On Friday, I had four excellent actors present a reading of the play to an audience of mostly school age children along with parents and others as well as former political prisoner on Robben Island, Eddie Daniels.
After the performance, Eddie addressed the audience and exorted them not to forget their collective past. He also honoured all of those abroad who helped, at first, gain better conditions within Robben Island [paying particular attention to the International Red Cross] and then towards the liberation of South Africa.
He said that he greatly enjoyed hearing and seeing the play and all of the hard work that had gone into it. I had the priviledge of having lunch with him and the actors following the morning performance and he filled me in with more details about the performance of Julius Caesar that happened during his time on Robben Island [in which he played Mark Anthony] in the game room of the prison. He told me the lovely antidote that Neville Alexander directed the play and, during the performance, would feed lines to the actors via the slot in the door usually used by the warders to spy on the political prisoners. He told me that Nelson 'greatly enjoyed it.'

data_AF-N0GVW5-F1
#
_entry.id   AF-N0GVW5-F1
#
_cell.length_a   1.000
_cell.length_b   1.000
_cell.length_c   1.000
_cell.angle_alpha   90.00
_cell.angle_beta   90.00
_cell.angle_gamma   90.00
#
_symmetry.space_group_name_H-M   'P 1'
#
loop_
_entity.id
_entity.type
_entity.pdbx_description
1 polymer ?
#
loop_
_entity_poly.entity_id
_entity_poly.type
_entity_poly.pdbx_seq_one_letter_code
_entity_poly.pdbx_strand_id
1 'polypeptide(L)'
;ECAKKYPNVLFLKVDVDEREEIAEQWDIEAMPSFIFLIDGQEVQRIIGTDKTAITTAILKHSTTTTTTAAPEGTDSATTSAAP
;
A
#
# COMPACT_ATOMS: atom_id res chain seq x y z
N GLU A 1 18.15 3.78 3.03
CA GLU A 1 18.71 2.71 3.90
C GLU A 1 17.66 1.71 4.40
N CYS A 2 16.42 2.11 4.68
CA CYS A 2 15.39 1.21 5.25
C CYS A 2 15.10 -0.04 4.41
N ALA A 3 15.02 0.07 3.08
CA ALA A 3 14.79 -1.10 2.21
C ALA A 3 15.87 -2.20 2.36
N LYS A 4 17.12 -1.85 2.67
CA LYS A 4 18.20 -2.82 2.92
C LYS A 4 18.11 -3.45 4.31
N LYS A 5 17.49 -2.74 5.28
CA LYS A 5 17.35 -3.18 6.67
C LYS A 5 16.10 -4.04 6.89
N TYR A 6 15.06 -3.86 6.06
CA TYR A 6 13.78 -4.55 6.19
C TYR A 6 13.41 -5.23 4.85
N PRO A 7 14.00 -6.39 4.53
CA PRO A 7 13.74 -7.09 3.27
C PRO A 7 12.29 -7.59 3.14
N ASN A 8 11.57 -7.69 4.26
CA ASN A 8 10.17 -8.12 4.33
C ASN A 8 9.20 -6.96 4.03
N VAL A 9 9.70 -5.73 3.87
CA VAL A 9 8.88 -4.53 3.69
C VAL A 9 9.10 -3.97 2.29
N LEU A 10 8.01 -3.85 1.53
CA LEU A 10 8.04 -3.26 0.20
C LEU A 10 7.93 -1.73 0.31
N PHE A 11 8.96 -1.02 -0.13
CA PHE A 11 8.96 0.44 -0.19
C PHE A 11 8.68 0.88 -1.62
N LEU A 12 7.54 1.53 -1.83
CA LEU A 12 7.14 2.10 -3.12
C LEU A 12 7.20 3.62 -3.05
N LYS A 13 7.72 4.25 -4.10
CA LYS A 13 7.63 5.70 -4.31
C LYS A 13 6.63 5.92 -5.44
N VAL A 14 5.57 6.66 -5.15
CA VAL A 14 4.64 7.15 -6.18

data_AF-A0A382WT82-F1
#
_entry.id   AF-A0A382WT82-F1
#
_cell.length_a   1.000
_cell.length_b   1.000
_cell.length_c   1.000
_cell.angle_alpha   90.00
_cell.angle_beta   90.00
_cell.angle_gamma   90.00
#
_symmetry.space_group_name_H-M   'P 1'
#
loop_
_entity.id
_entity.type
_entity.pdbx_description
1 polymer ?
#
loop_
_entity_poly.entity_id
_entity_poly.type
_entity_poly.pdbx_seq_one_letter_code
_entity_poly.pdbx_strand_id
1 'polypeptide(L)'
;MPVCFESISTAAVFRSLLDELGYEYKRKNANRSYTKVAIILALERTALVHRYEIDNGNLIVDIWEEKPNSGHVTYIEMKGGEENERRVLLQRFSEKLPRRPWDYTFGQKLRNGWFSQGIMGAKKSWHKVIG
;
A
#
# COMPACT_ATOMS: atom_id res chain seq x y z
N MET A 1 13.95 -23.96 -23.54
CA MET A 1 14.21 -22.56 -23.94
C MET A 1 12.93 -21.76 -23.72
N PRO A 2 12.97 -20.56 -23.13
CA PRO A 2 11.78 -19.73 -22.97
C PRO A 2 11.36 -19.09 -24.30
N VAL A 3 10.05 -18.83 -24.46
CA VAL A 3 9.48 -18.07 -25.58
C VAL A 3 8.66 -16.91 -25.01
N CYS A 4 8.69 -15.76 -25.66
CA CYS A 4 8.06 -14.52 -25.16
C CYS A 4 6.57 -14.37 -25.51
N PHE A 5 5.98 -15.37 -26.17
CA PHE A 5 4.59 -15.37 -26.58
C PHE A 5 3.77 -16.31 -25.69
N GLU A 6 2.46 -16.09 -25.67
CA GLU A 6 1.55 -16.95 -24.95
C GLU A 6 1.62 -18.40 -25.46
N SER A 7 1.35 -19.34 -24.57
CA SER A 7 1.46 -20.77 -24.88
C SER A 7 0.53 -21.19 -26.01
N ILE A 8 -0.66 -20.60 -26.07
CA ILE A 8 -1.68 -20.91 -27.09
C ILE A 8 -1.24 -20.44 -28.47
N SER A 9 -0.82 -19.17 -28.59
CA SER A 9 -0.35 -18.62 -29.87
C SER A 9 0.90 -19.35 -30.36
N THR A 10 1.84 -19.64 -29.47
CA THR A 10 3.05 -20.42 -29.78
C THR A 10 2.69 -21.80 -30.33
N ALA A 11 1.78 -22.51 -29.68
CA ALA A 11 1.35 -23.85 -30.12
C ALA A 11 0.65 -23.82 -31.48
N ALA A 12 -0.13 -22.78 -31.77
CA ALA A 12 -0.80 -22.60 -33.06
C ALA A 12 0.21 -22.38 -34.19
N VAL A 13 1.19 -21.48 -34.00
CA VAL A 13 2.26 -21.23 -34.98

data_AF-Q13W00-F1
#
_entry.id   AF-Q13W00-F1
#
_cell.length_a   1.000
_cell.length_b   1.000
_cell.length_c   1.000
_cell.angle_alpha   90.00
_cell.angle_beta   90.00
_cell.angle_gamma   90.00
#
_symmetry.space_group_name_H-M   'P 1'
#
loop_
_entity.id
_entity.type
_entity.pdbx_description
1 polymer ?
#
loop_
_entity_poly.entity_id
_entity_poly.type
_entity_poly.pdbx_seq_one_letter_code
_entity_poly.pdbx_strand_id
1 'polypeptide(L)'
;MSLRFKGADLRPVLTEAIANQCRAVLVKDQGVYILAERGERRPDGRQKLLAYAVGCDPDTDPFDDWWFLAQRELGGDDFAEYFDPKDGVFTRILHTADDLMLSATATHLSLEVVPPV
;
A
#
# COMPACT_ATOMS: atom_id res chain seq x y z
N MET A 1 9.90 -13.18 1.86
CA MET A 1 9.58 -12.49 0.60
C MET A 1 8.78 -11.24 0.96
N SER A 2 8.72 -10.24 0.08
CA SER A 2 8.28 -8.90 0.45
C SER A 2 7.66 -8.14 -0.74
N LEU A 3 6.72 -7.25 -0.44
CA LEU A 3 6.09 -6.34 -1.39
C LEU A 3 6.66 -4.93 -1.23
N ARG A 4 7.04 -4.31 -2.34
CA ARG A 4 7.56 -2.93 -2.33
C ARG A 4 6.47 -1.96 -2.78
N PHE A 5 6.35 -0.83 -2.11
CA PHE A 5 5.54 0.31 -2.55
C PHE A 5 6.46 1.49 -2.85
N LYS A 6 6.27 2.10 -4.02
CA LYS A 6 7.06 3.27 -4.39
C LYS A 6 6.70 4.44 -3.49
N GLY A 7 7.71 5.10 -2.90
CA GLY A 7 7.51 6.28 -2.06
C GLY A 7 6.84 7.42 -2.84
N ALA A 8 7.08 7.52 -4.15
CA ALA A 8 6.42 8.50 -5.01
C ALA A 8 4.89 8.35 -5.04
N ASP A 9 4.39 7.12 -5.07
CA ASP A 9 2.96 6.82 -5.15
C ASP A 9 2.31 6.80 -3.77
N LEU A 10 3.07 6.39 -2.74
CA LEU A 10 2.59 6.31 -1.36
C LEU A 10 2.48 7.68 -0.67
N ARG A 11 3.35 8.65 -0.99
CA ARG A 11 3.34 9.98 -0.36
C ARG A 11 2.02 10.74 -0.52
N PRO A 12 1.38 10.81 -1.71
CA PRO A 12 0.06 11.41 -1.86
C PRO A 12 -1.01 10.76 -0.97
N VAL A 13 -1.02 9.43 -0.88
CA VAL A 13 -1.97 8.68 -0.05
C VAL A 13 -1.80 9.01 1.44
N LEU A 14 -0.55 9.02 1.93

Monday, 25 August 2014
Just heard the news that Richard Attenburgh has died today. I find it poient that I arrive in Port Elizabeth on the day that he has died. His film, Cry Freedom, for all of its controversy within the Liberation movement, was instrumental in conscientizing me as a young 14 year old wrapped up in my cottoned wooled life in Indiana about the conditions that the vast majority of South Africans faced under apartheid and was the beginning of the long road that brought me to where I am today. There is much still to be angry about but progress, however achingly slowly, is being made.